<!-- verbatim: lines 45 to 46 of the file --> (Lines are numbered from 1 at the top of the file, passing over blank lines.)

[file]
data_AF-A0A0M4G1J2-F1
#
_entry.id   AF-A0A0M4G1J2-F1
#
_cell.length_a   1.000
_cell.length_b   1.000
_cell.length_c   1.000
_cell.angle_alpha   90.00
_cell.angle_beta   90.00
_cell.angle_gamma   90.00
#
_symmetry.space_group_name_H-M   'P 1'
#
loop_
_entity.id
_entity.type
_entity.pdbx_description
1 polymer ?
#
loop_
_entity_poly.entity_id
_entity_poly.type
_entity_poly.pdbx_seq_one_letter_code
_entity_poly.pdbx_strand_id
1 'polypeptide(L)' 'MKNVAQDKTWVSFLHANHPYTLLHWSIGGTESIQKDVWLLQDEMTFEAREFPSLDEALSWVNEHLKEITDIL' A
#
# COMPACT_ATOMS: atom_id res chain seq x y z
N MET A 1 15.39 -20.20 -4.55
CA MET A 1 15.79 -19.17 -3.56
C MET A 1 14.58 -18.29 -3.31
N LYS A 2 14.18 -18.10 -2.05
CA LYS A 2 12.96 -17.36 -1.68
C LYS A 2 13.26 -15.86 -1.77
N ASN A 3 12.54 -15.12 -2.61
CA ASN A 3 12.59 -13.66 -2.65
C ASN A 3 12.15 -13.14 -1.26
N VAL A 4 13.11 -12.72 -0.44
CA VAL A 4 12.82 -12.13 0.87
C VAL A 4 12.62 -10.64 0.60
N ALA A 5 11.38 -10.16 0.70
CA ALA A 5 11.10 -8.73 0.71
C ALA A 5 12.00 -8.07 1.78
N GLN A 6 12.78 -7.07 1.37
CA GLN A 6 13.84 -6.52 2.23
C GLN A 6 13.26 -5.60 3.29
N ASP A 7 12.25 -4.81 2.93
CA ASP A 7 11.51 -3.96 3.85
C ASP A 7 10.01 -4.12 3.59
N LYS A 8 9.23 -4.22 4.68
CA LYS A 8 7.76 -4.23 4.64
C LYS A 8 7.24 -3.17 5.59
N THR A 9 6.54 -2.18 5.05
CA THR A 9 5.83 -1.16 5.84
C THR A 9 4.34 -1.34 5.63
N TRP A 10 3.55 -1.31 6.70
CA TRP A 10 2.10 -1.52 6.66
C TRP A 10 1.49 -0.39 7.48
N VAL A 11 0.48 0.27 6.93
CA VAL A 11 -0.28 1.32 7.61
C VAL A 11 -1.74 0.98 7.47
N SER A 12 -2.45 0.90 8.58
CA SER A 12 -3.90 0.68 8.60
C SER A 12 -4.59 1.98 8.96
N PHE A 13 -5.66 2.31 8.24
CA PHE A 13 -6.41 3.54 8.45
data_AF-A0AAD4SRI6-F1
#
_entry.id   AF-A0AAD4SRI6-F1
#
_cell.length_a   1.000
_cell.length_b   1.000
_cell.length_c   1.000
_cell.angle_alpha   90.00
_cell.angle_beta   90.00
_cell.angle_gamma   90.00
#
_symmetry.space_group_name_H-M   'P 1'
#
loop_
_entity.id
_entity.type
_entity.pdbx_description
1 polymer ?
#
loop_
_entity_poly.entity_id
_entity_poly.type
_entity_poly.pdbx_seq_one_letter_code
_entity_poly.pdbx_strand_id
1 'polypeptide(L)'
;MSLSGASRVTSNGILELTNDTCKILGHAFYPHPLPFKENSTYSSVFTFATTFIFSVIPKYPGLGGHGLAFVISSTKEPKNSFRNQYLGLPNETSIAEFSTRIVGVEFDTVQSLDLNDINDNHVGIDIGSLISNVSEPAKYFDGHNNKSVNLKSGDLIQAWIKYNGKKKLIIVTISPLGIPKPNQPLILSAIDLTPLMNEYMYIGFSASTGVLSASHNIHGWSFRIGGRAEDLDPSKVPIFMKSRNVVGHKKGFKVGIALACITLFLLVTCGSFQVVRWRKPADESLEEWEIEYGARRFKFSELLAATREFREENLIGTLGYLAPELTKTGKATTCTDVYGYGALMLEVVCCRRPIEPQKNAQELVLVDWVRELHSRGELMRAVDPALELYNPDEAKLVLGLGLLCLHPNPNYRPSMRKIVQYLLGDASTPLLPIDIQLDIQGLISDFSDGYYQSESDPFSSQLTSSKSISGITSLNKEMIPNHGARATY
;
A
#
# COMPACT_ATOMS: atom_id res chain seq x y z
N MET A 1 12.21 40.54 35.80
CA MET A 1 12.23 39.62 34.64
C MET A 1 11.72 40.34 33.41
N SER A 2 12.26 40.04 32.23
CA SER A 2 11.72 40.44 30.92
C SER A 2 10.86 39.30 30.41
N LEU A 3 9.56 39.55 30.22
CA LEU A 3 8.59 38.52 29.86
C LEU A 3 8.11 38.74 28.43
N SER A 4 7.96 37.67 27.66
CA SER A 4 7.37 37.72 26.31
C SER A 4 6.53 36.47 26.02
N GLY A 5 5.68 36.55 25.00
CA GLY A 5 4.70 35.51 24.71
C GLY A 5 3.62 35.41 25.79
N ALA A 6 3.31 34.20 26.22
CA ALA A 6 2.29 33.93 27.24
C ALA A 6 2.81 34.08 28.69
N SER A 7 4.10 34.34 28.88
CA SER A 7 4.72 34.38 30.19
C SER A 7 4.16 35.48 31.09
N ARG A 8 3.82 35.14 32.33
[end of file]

C GLN A 6 13.26 -5.60 3.29
N ASP A 7 12.25 -4.81 2.93